215 Improving central venous catheter insertion documentation to facilitate electronic surveillance of bundle compliance

Saturday, April 2, 2011
Trinity Ballroom (Hilton Anatole)
Elizabeth McNamara, RN, MN , Harborview Medical Center, Seattle, WA
Derk Adams, BS , Harborview Medical Center, Seattle, WA
Timothy H. Dellit, MD , Harborview Medical Center, Seattle, WA
Background: Use of the central line bundle has demonstrated sustained reductions in central line-associated bloodstream infections (CLA-BSI).  Although most hospitals track CLA-BSI, manual compliance tracking of the bundle is time-consuming and often not done.

Objective: To develop an electronic surveillance system to monitor the insertion of central venous catheters (CVC) and the associated documentation of bundle compliance.

Methods: A central line insertion checklist was implemented in August 2008 as a powernote within the electronic medical record (EMR) containing all the bundle elements in discrete data fields which then could be electronically queried.  In January 2009, the insertion checklist was incorporated into a general “Time-Out” powernote consisting of a pre-procedure verification check list as well as all the individual bundle elements in an effort to standardize the time-out documentation for all invasive procedures.  As part of the team review of the checklist, nursing documents the time-out note within the EMR allowing identification of the specific note and subsequent data extraction.  Electronic surveillance was compared to manual review of documentation through sample audits, followed by review of all CVC placed in the intensive care units from October 2009 to April 2010.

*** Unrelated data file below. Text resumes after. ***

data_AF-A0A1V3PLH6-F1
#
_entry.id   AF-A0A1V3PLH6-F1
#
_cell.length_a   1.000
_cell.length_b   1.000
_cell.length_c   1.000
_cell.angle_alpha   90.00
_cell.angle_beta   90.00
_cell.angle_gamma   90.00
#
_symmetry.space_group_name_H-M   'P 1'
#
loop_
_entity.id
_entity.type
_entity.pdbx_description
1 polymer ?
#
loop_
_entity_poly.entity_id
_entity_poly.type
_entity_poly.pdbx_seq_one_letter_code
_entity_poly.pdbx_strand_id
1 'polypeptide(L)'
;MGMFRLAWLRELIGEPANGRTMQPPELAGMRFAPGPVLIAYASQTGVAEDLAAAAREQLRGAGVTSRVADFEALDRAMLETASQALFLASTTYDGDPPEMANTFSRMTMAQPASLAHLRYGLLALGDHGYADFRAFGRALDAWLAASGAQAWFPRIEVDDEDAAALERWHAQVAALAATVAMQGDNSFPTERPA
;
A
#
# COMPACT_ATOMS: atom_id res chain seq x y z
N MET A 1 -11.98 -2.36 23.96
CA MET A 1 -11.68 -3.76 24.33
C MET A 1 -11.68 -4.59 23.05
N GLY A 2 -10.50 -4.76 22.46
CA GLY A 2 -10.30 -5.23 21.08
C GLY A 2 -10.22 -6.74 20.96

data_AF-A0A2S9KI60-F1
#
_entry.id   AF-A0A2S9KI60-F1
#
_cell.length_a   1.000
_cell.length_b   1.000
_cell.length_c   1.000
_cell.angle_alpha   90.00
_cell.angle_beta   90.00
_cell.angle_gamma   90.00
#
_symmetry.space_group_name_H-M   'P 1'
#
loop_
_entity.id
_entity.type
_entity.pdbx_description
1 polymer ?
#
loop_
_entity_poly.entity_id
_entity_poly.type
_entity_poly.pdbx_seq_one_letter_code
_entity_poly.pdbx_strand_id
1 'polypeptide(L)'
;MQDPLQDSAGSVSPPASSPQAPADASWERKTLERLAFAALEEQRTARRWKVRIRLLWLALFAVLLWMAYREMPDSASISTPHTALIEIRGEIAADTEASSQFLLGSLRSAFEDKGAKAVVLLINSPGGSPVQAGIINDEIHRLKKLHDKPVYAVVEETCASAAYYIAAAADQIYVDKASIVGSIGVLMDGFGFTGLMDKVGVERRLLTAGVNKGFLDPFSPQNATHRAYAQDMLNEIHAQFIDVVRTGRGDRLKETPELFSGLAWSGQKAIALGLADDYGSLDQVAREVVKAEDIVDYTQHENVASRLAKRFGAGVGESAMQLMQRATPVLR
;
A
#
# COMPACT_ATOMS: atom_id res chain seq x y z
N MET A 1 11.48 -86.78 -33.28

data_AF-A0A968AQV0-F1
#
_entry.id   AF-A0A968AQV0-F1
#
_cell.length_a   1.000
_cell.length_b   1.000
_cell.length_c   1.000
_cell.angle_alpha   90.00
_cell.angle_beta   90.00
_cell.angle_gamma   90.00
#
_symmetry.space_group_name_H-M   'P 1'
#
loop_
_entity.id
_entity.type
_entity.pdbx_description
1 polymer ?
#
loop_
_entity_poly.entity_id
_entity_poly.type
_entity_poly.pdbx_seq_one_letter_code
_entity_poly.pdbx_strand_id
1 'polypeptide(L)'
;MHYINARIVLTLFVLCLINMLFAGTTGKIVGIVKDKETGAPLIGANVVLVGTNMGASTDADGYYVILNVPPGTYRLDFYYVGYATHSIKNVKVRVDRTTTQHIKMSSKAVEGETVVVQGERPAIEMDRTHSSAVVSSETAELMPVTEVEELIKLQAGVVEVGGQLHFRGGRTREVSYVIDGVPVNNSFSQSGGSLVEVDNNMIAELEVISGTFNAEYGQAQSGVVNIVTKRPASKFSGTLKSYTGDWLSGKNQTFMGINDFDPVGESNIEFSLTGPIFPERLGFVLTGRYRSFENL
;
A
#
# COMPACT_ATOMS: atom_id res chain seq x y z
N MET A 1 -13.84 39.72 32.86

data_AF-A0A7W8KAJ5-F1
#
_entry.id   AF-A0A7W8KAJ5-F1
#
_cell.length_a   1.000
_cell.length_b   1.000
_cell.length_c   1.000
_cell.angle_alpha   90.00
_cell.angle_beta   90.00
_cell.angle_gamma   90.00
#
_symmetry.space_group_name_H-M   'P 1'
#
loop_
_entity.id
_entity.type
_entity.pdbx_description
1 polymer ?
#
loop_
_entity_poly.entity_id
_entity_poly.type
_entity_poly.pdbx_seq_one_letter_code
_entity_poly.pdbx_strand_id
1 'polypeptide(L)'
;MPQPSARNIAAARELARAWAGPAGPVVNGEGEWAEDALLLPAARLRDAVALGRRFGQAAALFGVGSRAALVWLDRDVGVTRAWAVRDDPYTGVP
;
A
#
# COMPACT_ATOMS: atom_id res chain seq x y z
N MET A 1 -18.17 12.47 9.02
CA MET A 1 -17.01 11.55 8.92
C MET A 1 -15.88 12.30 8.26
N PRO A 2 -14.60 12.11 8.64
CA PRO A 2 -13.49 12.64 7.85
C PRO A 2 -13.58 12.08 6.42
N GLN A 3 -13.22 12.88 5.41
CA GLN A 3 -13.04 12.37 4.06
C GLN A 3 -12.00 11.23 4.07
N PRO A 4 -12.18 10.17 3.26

Results:  Initial compliance with bundle documentation using the central line insertion checklist was 20% in October 2008 and 50% compliance in December 2008.  With the incorporation of the insertion checklist and bundle elements into the “Time Out” note used for documentation, feedback to the individual units and nursing staff through an automated daily central line list, and monthly intensive reviews of every CLA-BSI, compliance with documentation of the bundle elements continued to increase towards 90% (Fig 1) during the study period.

Conclusions: We developed an electronic surveillance system combined with modification of the EMR and documentation practices to allow automated tracking of the central line bundle documentation with the insertion of CVCs.  Despite significant improvements in documented use of the central line bundle, our CLA-BSI rate remained unchanged suggesting further training and education on proper line maintenance is required for those catheters medically required for prolonged periods of time.